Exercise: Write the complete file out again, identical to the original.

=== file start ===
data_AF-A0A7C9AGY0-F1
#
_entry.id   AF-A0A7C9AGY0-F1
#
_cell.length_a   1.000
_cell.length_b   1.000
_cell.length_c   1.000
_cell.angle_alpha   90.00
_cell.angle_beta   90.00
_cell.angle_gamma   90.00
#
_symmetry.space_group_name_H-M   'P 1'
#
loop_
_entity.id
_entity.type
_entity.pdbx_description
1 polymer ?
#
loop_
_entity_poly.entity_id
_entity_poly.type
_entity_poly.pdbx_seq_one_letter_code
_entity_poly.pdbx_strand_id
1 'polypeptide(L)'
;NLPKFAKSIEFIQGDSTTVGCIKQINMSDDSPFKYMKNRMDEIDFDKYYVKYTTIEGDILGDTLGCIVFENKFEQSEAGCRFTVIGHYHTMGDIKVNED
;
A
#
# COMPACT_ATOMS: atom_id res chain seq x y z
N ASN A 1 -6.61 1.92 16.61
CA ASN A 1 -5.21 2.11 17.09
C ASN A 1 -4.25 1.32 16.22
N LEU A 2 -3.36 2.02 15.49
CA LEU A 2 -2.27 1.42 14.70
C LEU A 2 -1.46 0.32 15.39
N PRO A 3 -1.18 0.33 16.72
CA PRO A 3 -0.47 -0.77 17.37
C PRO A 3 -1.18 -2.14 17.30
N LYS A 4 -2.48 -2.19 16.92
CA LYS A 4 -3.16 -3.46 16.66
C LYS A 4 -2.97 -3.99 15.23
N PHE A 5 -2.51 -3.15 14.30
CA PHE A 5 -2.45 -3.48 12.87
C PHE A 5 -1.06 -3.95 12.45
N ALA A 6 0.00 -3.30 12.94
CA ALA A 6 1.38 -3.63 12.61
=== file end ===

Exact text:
data_AF-A0A7C9AGY0-F1
#
_entry.id   AF-A0A7C9AGY0-F1
#
_cell.length_a   1.000
_cell.length_b   1.000
_cell.length_c   1.000
_cell.angle_alpha   90.00
_cell.angle_beta   90.00
_cell.angle_gamma   90.00
#
_symmetry.space_group_name_H-M   'P 1'
#
loop_
_entity.id
_entity.type
_entity.pdbx_description
1 polymer ?
#
loop_
_entity_poly.entity_id
_entity_poly.type
_entity_poly.pdbx_seq_one_letter_code
_entity_poly.pdbx_strand_id
1 'polypeptide(L)'
;NLPKFAKSIEFIQGDSTTVGCIKQINMSDDSPFKYMKNRMDEIDFDKYYVKYTTIEGDILGDTLGCIVFENKFEQSEAGCRFTVIGHYHTMGDIKVNED
;
A
#
# COMPACT_ATOMS: atom_id res chain seq x y z
N ASN A 1 -6.61 1.92 16.61
CA ASN A 1 -5.21 2.11 17.09
C ASN A 1 -4.25 1.32 16.22
N LEU A 2 -3.36 2.02 15.49
CA LEU A 2 -2.27 1.42 14.70
C LEU A 2 -1.46 0.32 15.39
N PRO A 3 -1.18 0.33 16.72
CA PRO A 3 -0.47 -0.77 17.37
C PRO A 3 -1.18 -2.14 17.30
N LYS A 4 -2.48 -2.19 16.92
CA LYS A 4 -3.16 -3.46 16.66
C LYS A 4 -2.97 -3.99 15.23
N PHE A 5 -2.51 -3.15 14.30
CA PHE A 5 -2.45 -3.48 12.87
C PHE A 5 -1.06 -3.95 12.45
N ALA A 6 0.00 -3.30 12.94
CA ALA A 6 1.38 -3.63 12.61